by: Mark Kirschbaum on July 18th, 2013 | 1 Comment »
Only for the sake of the hopeless ones have we been given hope. (Walter Benjamin, Schriften I)
Traditionally, the weeks after the ninth of Av, which is the traditional dark day of Jewish history commemorating the destruction of the temple, are considered weeks of hope, the weeks of being comforted. We frequently speak of hope. Hope seems one of the more lofty spiritual aspirations of mankind, but we must continue to redefine the question of hope toward what end?
Schiller seems to have summed it up for the Romantic era as:
“Im Herzen kuendet es laut sich an:/Zu was Besserm sind wir geboren!”
“The heart proclaims it loudly within/We were born for better things!”
What these better things might be is not outlined, yearning alone was enough of a goal in the Romantic era. Hope always seems about something that will take place in a distant future, for future generations. Imber’s Hebrew poem, “The Hope”, now adapted for use as the Israeli national anthem, opens with a similar line: “As long as within the heart/A Jewish soul yearns…our Hope is not lost”. This hope is defined as (in the current official version) “To be a free nation in our land/ The land of Zion-Jerusalem”. While perhaps at the time this may have served to define “The Hope”, there are few who would currently feel that these two lines were a sufficient end goal of hope. Hope seems no less necessary now than it did in the past. So what is it that we hope for? Must hope always be something aimed at a distant unattainable fantasy future? Is it possible that we can define hope in such a way that it reflects a process which can be actualized in the present, in the here and now? Hope for now?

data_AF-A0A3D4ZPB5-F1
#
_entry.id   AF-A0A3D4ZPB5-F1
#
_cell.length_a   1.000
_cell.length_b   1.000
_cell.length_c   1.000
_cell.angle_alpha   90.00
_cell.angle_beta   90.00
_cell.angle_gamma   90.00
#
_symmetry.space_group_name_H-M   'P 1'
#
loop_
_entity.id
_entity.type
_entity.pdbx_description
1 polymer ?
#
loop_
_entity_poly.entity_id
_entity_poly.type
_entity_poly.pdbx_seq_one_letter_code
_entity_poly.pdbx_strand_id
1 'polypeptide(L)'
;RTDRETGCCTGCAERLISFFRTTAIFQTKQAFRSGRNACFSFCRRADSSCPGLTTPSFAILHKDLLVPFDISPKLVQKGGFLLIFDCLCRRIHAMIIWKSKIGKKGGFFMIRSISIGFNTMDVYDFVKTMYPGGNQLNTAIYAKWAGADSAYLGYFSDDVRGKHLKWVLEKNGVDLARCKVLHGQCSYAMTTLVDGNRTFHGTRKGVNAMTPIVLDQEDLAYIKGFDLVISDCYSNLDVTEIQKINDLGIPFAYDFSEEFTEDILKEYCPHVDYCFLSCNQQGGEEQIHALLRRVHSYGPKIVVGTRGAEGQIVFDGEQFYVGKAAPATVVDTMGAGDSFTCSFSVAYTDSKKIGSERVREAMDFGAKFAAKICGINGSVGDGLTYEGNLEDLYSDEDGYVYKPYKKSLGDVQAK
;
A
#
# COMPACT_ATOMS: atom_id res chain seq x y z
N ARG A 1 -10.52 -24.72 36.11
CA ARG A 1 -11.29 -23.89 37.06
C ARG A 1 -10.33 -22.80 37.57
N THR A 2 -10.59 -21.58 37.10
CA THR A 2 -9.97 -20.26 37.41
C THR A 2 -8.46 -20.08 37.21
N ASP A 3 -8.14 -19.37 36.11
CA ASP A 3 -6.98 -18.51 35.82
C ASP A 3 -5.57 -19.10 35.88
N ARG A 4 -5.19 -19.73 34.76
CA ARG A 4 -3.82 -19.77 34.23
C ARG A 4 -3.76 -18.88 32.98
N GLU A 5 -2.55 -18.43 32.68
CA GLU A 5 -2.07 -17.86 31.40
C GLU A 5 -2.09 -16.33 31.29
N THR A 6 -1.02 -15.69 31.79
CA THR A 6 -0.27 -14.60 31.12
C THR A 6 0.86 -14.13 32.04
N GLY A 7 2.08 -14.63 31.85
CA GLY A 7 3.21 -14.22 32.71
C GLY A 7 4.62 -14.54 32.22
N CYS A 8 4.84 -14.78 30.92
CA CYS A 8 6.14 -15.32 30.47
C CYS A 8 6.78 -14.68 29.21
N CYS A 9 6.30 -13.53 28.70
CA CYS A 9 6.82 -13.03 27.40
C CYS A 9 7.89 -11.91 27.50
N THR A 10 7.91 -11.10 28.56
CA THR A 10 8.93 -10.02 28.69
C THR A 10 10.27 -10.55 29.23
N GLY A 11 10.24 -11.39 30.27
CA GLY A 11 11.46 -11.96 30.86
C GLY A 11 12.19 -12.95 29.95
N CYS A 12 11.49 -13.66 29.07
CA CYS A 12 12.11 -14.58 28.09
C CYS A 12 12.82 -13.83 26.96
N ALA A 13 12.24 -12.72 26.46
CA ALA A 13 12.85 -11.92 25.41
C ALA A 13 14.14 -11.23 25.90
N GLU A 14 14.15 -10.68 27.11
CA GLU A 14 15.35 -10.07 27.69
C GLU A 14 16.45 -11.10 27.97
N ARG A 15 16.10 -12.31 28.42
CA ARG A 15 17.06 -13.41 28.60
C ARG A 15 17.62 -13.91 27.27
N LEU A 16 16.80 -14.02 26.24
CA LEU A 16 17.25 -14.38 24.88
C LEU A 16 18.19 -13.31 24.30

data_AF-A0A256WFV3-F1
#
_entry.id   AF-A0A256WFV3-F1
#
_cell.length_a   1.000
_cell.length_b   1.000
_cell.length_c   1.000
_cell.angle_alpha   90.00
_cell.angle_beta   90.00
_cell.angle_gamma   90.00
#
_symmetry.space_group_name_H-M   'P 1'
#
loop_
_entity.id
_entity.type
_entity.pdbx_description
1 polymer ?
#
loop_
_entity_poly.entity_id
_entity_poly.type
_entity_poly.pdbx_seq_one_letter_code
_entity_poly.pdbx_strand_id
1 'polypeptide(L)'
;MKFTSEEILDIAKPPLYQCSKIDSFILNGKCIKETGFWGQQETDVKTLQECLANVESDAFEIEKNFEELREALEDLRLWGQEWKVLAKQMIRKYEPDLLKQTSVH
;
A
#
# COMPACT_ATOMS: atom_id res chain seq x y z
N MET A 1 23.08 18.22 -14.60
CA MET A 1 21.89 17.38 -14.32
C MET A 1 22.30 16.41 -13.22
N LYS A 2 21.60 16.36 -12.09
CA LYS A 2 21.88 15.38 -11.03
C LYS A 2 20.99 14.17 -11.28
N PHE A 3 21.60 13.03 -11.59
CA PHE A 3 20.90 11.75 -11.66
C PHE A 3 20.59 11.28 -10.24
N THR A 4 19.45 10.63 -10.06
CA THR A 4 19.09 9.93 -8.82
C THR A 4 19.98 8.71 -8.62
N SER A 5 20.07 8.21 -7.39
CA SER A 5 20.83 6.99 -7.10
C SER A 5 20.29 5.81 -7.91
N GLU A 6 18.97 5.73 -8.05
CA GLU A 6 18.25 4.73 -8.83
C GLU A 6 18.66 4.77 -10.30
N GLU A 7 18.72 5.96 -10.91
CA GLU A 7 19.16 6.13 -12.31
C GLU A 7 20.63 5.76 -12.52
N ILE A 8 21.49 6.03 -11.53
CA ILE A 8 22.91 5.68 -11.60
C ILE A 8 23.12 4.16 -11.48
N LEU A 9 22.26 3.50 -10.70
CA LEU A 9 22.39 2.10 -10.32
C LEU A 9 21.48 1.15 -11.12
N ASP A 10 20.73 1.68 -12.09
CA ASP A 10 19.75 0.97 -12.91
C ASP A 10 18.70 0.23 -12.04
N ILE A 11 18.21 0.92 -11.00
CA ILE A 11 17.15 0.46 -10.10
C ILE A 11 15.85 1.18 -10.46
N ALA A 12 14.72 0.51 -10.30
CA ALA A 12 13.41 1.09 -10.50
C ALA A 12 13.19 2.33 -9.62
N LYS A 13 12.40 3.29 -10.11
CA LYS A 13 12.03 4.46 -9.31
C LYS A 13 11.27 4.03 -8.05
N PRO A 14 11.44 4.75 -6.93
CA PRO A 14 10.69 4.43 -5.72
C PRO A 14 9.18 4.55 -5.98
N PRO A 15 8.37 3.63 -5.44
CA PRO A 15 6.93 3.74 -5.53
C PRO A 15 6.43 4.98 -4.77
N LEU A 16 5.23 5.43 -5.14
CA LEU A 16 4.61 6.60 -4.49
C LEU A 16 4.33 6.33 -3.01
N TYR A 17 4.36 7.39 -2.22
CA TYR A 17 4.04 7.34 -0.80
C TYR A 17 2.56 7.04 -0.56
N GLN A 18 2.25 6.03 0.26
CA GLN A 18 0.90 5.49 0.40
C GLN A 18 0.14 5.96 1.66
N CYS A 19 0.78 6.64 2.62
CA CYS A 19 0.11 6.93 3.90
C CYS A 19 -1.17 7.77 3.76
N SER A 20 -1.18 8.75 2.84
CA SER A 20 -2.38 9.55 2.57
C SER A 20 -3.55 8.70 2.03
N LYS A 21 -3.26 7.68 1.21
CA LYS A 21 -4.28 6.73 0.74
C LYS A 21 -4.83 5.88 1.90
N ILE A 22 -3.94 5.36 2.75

In the Jewish tradition, the classic locus of hope is the Messianic hope. Is the Jewish hope for a Messiah a simple hope for a utopia in some mythological future? Is the hope that a Messiah will appear and transform the world into a happy place? I will attempt to demonstrate that a tradition exists, extending through the Hassidic masters on to Kafka and Benjamin, which places messianic-like responsibility upon contemporary generations, and views hope as a possibility for the present.